Churches need to be careful how they handle information they get about cutters. One 17-year-old who lives in Western Oklahoma said a friend of hers told the youth minister at a local church she was cutting.
“The next thing I knew, the youth minister, pastor, my brother and a lady in the church decided they were going to haul me into a room against my will and talk to me about this for two hours,” she said. “I’m not a big fan of church after they pulled that stunt.”
She said she doesn’t remember how cutting became a choice, but there were a lot of things going on in her family she wasn’t pleased with, and this is how she dealt with it.
“More often, it was to get rid of the pain,” she confessed. “When you do it, it makes you feel better, but afterwards, it dawns upon you that you have to come up with another way to hide the scars.”
She added that a lot of people look upon cutting as a form of stupidity and often as a failed attempt at suicide.
“But that’s not the case at all,” she explained. “I have no desire to kill myself. The thought crosses my mind, but it’s something I wouldn’t do.”
At Falls Creek two summers ago, she went forward during the invitation.
“I couldn’t sit there, and I ended up walking up front,” she said.
She later wrote a poem about her experience titled “Thursday Night Redemption.”
The poem ends with:
“You may never know why you sat and cried,
But one thing’s for sure, you know why He died.
A friend finally helped you to see the Truth,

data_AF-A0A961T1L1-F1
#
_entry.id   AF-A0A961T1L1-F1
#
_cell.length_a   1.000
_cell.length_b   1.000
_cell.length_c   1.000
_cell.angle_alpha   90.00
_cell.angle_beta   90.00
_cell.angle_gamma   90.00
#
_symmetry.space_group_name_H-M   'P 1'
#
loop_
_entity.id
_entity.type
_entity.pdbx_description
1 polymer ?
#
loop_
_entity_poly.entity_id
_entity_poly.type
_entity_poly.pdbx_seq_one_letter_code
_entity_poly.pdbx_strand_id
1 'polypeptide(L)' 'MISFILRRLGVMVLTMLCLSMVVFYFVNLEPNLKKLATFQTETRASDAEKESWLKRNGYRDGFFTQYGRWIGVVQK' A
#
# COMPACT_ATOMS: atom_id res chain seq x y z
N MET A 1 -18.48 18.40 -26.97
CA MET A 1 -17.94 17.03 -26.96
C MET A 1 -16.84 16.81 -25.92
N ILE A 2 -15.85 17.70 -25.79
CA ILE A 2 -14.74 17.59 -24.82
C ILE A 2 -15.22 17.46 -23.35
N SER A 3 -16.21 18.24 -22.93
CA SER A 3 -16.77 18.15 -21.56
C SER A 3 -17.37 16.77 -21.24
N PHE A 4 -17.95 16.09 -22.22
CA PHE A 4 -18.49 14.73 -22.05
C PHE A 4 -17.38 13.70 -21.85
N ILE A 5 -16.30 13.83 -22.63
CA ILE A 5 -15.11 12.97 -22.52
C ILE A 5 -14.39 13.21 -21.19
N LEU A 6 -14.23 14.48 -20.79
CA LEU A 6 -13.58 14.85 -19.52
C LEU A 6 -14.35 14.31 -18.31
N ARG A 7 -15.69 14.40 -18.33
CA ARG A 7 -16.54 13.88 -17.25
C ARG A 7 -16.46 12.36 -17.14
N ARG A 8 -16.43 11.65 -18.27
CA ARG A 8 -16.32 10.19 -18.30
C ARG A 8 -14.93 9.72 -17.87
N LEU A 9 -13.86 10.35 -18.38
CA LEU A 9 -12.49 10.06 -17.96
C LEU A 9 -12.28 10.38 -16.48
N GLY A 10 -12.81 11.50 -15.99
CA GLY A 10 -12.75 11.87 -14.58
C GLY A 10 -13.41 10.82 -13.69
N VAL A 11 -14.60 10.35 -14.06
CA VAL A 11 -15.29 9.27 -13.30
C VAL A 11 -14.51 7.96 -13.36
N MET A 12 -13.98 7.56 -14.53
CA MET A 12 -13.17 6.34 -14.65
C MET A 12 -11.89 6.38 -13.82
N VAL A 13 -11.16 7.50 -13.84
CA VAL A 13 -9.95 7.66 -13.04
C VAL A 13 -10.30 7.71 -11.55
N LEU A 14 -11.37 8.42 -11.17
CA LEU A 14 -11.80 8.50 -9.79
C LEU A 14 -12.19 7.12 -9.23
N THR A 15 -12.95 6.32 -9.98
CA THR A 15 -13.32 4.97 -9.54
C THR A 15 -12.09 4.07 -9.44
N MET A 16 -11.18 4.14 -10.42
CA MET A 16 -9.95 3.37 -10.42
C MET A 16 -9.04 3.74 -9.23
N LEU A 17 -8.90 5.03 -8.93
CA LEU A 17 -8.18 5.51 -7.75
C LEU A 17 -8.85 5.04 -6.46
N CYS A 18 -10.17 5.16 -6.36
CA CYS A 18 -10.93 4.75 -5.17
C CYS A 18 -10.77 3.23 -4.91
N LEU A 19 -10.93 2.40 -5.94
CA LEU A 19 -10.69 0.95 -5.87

That it wasn’t your blood that would save you.
So never forget what you felt that night,
Continue to live for God and show someone else the light.
You are bound to stumble and fall,
But don’t forget Who saved us all.
And when you go to bed tonight,
Don’t forget Who saved you Thursday night.”
After that experience, she said cutting was her journal, her diary, and what has now become her prayers
However, she said there is no chance she is cured from cutting.
“I tried to stop cutting after Falls Creek, because I knew if I didn’t then, I never would,” she admitted. “For four months, I didn’t cut at all, then I cut twice, and for five months, I didn’t cut. Then I did it again.
“Regardless of how long I go without cutting, whether it’s five months or five years, it’s still going to be a thought that crosses my mind,” she said. “I know God can help me with this cutting problem. It’s just a matter of whether or not I can handle stress.”